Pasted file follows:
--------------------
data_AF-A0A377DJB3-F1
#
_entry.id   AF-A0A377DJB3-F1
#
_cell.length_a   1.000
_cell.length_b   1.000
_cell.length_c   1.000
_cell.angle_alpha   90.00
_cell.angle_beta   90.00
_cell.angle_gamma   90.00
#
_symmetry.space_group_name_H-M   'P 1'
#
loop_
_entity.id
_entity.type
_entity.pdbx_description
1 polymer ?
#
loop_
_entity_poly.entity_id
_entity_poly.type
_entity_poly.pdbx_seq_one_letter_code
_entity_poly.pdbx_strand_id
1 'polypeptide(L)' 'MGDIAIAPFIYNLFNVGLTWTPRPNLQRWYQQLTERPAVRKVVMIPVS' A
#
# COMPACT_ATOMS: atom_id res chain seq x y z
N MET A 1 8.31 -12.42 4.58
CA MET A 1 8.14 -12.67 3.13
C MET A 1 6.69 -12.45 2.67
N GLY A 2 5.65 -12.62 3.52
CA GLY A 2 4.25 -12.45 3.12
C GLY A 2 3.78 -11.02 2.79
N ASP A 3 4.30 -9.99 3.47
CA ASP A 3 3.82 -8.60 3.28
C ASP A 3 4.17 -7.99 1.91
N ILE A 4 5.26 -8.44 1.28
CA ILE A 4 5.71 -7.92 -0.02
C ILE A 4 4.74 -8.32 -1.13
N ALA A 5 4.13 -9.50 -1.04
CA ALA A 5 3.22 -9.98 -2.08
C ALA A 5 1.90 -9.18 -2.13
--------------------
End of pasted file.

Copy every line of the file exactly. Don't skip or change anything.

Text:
data_AF-A0A377DJB3-F1
#
_entry.id   AF-A0A377DJB3-F1
#
_cell.length_a   1.000
_cell.length_b   1.000
_cell.length_c   1.000
_cell.angle_alpha   90.00
_cell.angle_beta   90.00
_cell.angle_gamma   90.00
#
_symmetry.space_group_name_H-M   'P 1'
#
loop_
_entity.id
_entity.type
_entity.pdbx_description
1 polymer ?
#
loop_
_entity_poly.entity_id
_entity_poly.type
_entity_poly.pdbx_seq_one_letter_code
_entity_poly.pdbx_strand_id
1 'polypeptide(L)' 'MGDIAIAPFIYNLFNVGLTWTPRPNLQRWYQQLTERPAVRKVVMIPVS' A
#
# COMPACT_ATOMS: atom_id res chain seq x y z
N MET A 1 8.31 -12.42 4.58
CA MET A 1 8.14 -12.67 3.13
C MET A 1 6.69 -12.45 2.67
N GLY A 2 5.65 -12.62 3.52
CA GLY A 2 4.25 -12.45 3.12
C GLY A 2 3.78 -11.02 2.79
N ASP A 3 4.30 -9.99 3.47
CA ASP A 3 3.82 -8.60 3.28
C ASP A 3 4.17 -7.99 1.91
N ILE A 4 5.26 -8.44 1.28
CA ILE A 4 5.71 -7.92 -0.02
C ILE A 4 4.74 -8.32 -1.13
N ALA A 5 4.13 -9.50 -1.04
CA ALA A 5 3.22 -9.98 -2.08
C ALA A 5 1.90 -9.18 -2.13